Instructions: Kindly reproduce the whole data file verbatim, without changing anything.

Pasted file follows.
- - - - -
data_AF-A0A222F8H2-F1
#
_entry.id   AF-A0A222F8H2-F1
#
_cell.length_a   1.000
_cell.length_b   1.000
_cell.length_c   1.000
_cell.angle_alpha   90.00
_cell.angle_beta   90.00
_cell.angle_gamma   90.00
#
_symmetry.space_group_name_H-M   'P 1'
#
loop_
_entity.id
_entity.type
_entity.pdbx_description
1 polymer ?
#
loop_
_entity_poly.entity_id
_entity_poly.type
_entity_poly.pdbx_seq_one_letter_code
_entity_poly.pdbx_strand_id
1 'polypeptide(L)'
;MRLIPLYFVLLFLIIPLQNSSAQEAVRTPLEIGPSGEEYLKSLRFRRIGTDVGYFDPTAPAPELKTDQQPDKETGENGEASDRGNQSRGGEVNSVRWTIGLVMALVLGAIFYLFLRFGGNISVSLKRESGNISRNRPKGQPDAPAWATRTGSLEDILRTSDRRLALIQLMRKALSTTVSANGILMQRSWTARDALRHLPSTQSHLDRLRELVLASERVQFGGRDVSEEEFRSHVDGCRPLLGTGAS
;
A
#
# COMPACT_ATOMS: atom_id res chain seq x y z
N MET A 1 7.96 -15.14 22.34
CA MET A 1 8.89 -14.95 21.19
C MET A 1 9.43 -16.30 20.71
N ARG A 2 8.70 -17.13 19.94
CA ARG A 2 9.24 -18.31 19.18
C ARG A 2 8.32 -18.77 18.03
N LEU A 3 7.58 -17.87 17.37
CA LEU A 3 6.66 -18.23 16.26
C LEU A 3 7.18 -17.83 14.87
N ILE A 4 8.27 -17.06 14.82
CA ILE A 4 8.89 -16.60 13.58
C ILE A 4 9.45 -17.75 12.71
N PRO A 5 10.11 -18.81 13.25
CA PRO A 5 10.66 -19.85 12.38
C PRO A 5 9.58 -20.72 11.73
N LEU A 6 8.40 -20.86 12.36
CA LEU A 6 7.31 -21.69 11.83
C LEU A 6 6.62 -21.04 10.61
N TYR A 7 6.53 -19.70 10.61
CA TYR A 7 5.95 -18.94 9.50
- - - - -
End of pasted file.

data_AF-A0A222F8H2-F1
#
_entry.id   AF-A0A222F8H2-F1
#
_cell.length_a   1.000
_cell.length_b   1.000
_cell.length_c   1.000
_cell.angle_alpha   90.00
_cell.angle_beta   90.00
_cell.angle_gamma   90.00
#
_symmetry.space_group_name_H-M   'P 1'
#
loop_
_entity.id
_entity.type
_entity.pdbx_description
1 polymer ?
#
loop_
_entity_poly.entity_id
_entity_poly.type
_entity_poly.pdbx_seq_one_letter_code
_entity_poly.pdbx_strand_id
1 'polypeptide(L)'
;MRLIPLYFVLLFLIIPLQNSSAQEAVRTPLEIGPSGEEYLKSLRFRRIGTDVGYFDPTAPAPELKTDQQPDKETGENGEASDRGNQSRGGEVNSVRWTIGLVMALVLGAIFYLFLRFGGNISVSLKRESGNISRNRPKGQPDAPAWATRTGSLEDILRTSDRRLALIQLMRKALSTTVSANGILMQRSWTARDALRHLPSTQSHLDRLRELVLASERVQFGGRDVSEEEFRSHVDGCRPLLGTGAS
;
A
#
# COMPACT_ATOMS: atom_id res chain seq x y z
N MET A 1 7.96 -15.14 22.34
CA MET A 1 8.89 -14.95 21.19
C MET A 1 9.43 -16.30 20.71
N ARG A 2 8.70 -17.13 19.94
CA ARG A 2 9.24 -18.31 19.18
C ARG A 2 8.32 -18.77 18.03
N LEU A 3 7.58 -17.87 17.37
CA LEU A 3 6.66 -18.23 16.26
C LEU A 3 7.18 -17.83 14.87
N ILE A 4 8.27 -17.06 14.82
CA ILE A 4 8.89 -16.60 13.58
C ILE A 4 9.45 -17.75 12.71
N PRO A 5 10.11 -18.81 13.25
CA PRO A 5 10.66 -19.85 12.38
C PRO A 5 9.58 -20.72 11.73
N LEU A 6 8.40 -20.86 12.36
CA LEU A 6 7.31 -21.69 11.83
C LEU A 6 6.62 -21.04 10.61
N TYR A 7 6.53 -19.70 10.61
CA TYR A 7 5.95 -18.94 9.50